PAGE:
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The character of such a man would have in it little connexion even with innocent gayety. Yet among those of his own religious persuasion, he is reported to have been cheerful. The descendants of persecutors, or those whom he supposed guilty of entertaining similar tenets, and the scoffers at religion by whom he was sometimes assailed, he usually termed the generation of vipers. Conversing with others, he was grave and sententious, not without a cast of severity.

But he is said never to have been observed to give way to violent passion, excepting upon one occasion, when a mis'. chievous truant-boy defaced with a stone the nose of a cherub's face which the old man was engaged in retouching. I am, in general, a sparer of the rod, notwithstanding the maxim of Solomon, for which school-boys have little reason to thank his memory but on this occasion I deemed it proper to show that I did not hate the child.But I must return to the circumstances attending my first interview with this interesting enthusiast.

In accosting Old Mortality, I did not fail to pay respect to his years and his principles, beginning my address by a respectful apology for interrupting his labors. The old man intermitted the operation of the chisel, took off his spectacles and wiped them, then replacing them on his nose, aeknowledged my courtesy* by a suitable return. Encouraged by his affability, I intruded upon him some questions concerning the sufferers upon whose monument he was now employed.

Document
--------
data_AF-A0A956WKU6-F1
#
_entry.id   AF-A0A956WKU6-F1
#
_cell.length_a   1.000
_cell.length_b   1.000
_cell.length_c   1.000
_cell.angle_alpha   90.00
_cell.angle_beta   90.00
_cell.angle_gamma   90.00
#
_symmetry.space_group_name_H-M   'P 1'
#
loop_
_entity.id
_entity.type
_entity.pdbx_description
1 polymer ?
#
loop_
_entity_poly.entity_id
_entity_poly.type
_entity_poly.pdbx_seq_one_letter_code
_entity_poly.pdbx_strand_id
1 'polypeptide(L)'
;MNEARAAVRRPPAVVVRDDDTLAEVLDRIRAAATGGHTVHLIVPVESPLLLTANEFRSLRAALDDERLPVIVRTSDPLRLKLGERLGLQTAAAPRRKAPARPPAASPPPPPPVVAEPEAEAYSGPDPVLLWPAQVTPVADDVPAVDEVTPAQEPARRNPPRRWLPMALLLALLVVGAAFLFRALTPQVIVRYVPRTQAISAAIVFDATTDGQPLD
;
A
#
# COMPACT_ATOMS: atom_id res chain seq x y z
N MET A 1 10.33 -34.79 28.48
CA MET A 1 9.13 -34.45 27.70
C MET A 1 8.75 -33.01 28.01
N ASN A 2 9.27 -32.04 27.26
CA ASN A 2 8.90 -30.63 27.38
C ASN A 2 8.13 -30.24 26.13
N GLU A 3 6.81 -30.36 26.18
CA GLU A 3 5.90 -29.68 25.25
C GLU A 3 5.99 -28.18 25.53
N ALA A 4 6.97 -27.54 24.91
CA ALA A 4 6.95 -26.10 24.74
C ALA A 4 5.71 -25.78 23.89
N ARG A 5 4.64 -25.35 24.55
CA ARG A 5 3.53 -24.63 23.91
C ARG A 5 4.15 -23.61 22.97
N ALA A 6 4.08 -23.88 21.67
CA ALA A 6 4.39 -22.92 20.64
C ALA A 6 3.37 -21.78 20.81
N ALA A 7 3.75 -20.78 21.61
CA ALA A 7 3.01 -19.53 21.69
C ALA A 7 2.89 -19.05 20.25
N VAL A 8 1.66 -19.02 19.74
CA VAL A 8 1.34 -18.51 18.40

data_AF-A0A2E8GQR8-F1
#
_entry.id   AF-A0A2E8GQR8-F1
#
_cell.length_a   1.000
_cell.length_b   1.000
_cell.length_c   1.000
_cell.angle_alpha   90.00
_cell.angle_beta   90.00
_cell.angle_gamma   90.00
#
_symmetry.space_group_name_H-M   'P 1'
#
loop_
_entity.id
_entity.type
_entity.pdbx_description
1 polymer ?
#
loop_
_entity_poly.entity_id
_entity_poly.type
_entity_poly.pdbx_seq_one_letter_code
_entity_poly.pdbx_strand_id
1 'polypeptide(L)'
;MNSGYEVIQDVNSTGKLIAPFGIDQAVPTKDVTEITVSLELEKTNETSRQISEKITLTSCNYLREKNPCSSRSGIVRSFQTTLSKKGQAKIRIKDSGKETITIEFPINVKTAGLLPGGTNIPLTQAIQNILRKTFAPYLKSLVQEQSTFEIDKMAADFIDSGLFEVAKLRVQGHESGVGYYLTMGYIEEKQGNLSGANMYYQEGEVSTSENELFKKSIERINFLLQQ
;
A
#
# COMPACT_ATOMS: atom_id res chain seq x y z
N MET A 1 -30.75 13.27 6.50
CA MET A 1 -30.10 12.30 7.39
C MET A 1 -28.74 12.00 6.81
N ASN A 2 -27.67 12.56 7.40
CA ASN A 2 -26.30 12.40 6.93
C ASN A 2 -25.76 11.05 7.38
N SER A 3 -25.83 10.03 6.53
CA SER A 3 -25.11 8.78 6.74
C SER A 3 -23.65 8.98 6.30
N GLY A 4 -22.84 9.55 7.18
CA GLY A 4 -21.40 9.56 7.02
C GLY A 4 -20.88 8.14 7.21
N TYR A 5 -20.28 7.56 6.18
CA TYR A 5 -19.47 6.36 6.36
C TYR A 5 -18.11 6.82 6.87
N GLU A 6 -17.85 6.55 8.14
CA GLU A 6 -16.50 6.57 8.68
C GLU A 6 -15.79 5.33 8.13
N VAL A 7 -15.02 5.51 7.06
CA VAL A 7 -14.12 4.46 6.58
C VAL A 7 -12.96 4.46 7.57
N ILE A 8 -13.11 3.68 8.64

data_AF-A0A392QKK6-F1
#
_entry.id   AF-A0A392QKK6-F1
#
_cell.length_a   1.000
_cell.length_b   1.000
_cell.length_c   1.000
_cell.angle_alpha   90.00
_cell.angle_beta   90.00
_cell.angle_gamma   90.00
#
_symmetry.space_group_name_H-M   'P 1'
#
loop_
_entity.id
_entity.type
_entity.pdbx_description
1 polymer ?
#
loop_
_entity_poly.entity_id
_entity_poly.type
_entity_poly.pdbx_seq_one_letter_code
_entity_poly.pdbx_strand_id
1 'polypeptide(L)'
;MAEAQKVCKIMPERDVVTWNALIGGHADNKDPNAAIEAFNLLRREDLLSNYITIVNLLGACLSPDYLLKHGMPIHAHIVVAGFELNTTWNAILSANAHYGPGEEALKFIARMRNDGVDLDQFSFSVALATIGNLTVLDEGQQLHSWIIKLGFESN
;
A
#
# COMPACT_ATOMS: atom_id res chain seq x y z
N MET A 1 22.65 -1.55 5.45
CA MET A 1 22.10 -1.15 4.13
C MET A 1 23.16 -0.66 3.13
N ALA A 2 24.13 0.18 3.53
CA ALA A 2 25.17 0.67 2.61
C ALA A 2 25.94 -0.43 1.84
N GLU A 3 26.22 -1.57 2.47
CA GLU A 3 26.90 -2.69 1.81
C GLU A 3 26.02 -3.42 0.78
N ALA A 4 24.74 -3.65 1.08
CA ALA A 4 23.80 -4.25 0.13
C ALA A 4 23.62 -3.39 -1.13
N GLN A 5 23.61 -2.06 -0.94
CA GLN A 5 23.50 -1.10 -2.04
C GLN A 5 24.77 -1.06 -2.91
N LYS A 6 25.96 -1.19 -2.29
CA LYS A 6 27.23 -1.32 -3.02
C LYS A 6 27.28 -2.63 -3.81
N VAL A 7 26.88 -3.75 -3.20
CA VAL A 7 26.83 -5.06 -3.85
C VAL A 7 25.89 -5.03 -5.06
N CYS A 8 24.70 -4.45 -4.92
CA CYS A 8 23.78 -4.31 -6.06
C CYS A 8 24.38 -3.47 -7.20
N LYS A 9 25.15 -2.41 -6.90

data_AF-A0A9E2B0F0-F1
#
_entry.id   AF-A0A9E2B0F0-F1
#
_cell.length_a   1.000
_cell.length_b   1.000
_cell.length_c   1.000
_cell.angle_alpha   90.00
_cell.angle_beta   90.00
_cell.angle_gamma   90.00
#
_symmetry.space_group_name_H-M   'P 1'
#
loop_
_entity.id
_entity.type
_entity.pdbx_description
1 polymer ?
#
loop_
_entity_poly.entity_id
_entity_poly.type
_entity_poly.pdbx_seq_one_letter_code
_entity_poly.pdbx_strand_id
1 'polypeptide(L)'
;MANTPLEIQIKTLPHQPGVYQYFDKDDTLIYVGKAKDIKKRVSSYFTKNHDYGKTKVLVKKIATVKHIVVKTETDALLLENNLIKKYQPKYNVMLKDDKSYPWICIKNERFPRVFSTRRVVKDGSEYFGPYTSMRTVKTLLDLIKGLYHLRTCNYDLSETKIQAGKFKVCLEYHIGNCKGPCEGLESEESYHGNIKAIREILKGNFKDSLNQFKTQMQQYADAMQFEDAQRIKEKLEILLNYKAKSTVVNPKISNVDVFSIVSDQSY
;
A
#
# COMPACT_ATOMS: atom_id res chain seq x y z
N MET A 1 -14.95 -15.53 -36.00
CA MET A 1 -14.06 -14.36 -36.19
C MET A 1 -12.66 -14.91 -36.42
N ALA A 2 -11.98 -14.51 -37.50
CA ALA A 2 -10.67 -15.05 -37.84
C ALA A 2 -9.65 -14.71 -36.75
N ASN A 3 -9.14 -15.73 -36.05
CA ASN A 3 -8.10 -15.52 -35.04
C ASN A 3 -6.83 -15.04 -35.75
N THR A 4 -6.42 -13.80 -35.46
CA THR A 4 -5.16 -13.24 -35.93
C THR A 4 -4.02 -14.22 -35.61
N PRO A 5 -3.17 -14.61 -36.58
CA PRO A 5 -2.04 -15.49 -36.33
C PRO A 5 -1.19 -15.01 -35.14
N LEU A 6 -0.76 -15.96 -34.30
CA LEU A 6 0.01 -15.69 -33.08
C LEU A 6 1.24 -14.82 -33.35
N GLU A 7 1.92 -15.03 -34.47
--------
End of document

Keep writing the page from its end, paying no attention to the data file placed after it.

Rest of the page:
To talk of the exploits of the Covenanters was the delight, as to repair their monuments was the business, of his life. He was profuse in the communication of all the minute information which he had collected concerning them, their wars, and their wanderings. One would almost have supposed he must have been their contemporary, and have actually beheld the passages which he related ; so much had he identified his feelings and opinions with theirs, and so much had his narratives the circumstantiality of an eye-witness.****

Soothing the old man by letting his peculiar opinions pass without contradiction, and anxious to prolong conversation with so singular a character, I prevailed upon him to accept that hospitality which my patron is always willing to extend to those who need it. In our way to the schoolmaster's house we called at the Wallace Inn, where I was pretty certain I should find my pātron about that hour of the evening

* Pron. kur'-te-se,

· After a courteous interchange of civilities, Old Mortality was prevailed upon to join his host in a single glass of liquor, and that on condition that he should be permitted to name the pledge, which he préfaced with a grace of about five minutes, and then, with bonnet doffed and eyes uplifted, drank to the memory of those heroes of the Kirk who had first uplifted her banner upon the mountains. As no persuasion could prevail on him to extend his conviviality to a second cup, my pātron accompanied him home, and accommodated him with the prophet's chamber, as it is his pleasure to call the closet which holds a spare bed, and which is frequently a place of retreat for the poor traveller.